Amazing Summer

Amazing Summer Hike At Rupin Pass Trek

The next Rupin Pass trek will start on June 5, 2022.

Rupin Pass trek is an excellent option for a summer hike at a high altitude. The Baspa valley in Kinnaur is connected to the Garhwal in the south by several passes. These passes were once used by traders and shepherds rather than the current circuitous Hindustan–Tibet road.

It offers a wide variety of terrain, altitude, and gradient. Govind National Park is where the trek starts (Govind Vanya Pashu Vihar). It passes through Fir and Oak forests and interior villages at lower elevations in the river valleys.

The trail crosses beautiful meadows (referred to locally as Thach), alpine wildflowers, waterfalls, and steep ice fields. This route is often rich in wildflowers, especially after the monsoon. The famous Brahma Kamal thrives in the area surrounding the pass.

Rupin Pass Trek Itinerary:

  • Day 1: Drive Dehradun-Dhaula – 200 miles by automobile – 10 hours
  • Trek to Sewa on Day 2 (10 Km) – Duration: 5 to 6 hours
  • 3rd Day: Trek to Jhaka (12 Km) – 6 Hours and 7 Minutes
  • Day 4 – Buraskandi Trek (7 km, 5 hours)
  • Day 5: Trek to Dhanderas Thatch, Lower Waterfall (6 km, 4 hours)
  • Day 6 – 5 km/4 hr trek to Rati Pheri/Upper Falls
  • Trek to Sangla Kanda on Day 7 – 12 km – 8/9 hours – Rupin Pass
  • Day 8 – Sangla Trek (4 km, 2 hours)

Altitude profile graph for Rupin Pass Trek:

The distance and altitude of major spots along the Rupin Pass Trek path are graphically shown here.

  • Rupin Pass Trek: Best Time/Seasons

Rupin Pass trek, like all high-altitude Himalayan treks (except a few trans-Himalayan outings), can also be done in two seasons. The first is in the summer before the monsoon, and the second is in the fall.

Summer (May/June). Beginning in May and ending at the end of June. Due to the winter snow, expect heavy to moderate snow. Snow will be available from the lower waterfall camp in small amounts and above.

Post monsoon, Sep/Oct: This window is traditionally the best for high-altitude passes on the Himalayas. Monsoon weather is clear and almost haze-free. September is generally greener, and the meadows (called Thatch by local language) will be at their best. Monsoon is when many flowers are in bloom, and they last until September.

The highest rocky ridges are where the most revered Brahma Kamal flowers. The grass will turn golden from October and become colder. There will also be fresh snowfall at high altitudes above 14000 feet. This season is preferred by experienced hikers who have been on snow treks before and don’t have any particular snow-loving preferences.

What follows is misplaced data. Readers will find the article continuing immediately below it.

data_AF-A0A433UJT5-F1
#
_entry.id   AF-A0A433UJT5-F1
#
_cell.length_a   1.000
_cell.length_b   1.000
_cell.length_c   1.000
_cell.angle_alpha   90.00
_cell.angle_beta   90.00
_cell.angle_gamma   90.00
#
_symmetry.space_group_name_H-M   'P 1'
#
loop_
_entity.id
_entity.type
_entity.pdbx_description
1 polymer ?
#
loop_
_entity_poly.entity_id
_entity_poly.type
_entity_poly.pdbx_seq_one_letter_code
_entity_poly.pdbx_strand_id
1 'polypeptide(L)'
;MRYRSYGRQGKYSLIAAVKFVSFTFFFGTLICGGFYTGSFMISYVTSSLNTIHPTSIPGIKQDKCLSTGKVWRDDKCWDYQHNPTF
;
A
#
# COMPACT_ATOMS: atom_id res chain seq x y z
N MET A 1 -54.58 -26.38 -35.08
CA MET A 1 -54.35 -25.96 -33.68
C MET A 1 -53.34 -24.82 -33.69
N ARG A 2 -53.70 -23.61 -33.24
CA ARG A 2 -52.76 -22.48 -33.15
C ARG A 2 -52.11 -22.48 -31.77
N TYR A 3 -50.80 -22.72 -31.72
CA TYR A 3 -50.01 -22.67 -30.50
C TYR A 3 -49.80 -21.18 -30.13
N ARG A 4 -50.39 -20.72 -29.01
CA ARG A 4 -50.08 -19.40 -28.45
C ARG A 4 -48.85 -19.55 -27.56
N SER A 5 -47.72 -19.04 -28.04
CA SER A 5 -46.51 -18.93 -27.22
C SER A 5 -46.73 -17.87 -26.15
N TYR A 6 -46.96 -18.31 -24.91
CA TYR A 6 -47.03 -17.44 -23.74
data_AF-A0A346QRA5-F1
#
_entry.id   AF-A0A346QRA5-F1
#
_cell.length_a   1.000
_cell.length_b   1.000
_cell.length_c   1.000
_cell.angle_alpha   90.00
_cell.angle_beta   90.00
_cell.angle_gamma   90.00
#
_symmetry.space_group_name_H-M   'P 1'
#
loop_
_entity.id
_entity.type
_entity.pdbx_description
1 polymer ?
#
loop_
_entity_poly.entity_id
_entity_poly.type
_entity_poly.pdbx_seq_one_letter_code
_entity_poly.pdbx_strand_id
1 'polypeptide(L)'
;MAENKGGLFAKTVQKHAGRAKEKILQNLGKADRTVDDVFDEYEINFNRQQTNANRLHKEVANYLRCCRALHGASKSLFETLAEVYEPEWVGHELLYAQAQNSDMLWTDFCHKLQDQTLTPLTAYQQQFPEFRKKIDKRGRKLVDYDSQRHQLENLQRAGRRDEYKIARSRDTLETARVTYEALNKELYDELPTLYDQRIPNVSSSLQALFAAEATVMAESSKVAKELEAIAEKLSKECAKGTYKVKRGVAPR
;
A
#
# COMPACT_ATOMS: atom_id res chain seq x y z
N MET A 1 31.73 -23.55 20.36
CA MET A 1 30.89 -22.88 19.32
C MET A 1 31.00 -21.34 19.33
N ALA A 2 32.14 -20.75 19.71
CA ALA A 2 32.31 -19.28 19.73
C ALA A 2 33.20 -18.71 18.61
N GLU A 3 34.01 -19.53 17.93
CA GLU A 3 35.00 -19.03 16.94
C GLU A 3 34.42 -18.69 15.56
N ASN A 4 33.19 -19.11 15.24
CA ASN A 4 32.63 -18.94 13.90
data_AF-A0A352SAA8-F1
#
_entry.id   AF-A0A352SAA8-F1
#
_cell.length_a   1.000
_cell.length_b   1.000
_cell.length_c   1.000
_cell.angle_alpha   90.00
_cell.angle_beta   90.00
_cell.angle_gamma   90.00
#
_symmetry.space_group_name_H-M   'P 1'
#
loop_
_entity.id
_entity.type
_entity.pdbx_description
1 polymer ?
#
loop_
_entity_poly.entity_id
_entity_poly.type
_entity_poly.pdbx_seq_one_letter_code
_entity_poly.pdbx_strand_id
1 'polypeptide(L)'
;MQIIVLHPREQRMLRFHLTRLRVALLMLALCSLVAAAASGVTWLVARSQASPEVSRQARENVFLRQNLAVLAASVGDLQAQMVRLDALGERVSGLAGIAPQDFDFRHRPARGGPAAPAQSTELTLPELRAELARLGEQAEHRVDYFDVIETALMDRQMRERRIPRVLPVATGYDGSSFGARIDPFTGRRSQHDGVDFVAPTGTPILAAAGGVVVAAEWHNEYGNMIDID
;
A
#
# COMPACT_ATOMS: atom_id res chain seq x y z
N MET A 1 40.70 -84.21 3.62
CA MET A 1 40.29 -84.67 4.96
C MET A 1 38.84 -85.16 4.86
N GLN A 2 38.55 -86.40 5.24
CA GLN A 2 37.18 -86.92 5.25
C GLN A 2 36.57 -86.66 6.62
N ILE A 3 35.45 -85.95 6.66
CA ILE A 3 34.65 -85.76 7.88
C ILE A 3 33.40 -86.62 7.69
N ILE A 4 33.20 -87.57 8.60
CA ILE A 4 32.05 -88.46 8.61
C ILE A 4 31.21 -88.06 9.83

• Rupin Valley, its culture and people:

Rupin pass trail follows the Rupin river to Dhaula. Rupin forms Tons River, the Yamuna’s primary tributary, at Dhaula Supin. You will see its twists and turns as you follow it upstream.

The trail also crosses the very inner villages of Uttarakhand (upto Sewa village) and towns of Himachal, Jakha, and Jiskun. Their architecture and their attires are very similar to that of Kinnaur. Most of Jaka and Jiskun’s residents are Satsangi religious sects and pure vegetarians.

  • Access to Rupin pass trekking base (Dhaula).

Depending on your request, we will arrange pick-up and drop-off from Dehradun to Dhaula; The team members will split this cost on a factual basis. The driver/transporter will be paid directly. One-way Tata Sumo/Mahindra Maxx/Bolero fare: Rs. 6000 It can carry 6-8 people. Tempo Travellers charge Rs 9000 per person (12-14 seats) for one-way. This fee is not included in the TREK FEES.

When you return from Sangla, you have two choices. Take an overnight bus to Shimla at 5 p.m. or an 8 a.m. bus the next day. The 235 kilometre trip will take around 10 and 12 hrs to accomplish. Buses run frequently between Shimla and Chandigarh or Delhi.

Return from Sangla (trek endpoint) to Shimla/Chandigarh/Delhi:

Sangla is the end of the Rupin pass trek, and Sangla Kanda is the best place to start your return journey. While some trekkers return to their original destination in the same evening, others spend the night at Sangla. Chitkul is the final village in the Baspa valley, located 25 kilometres above Sangla. These are some of the options you have:

1) A state transport HRTC bus operates from the morning/evening (4/5 pm) and arrives in Shimla in 10/12hrs. Buses to Chandigarh or Delhi will depart from the same bus stop. They’ll take about 4 and 9/10 hours to complete, respectively.

2) If you want to stay the night in Sangla (where there is a large selection of lodging alternatives), you may catch the HRTC bus for Delhi around 6:00 a.m. (ISBT Kashmiri Gate). It will take approximately 18/20 hours.

3)Trekkers may take a vehicle reserved from Sangla to Shimla on either Day 8 or 9 mornings. The team will assist you in obtaining one. The cost of a Tata Sumo is approximately 7000 – 8000 Rs.

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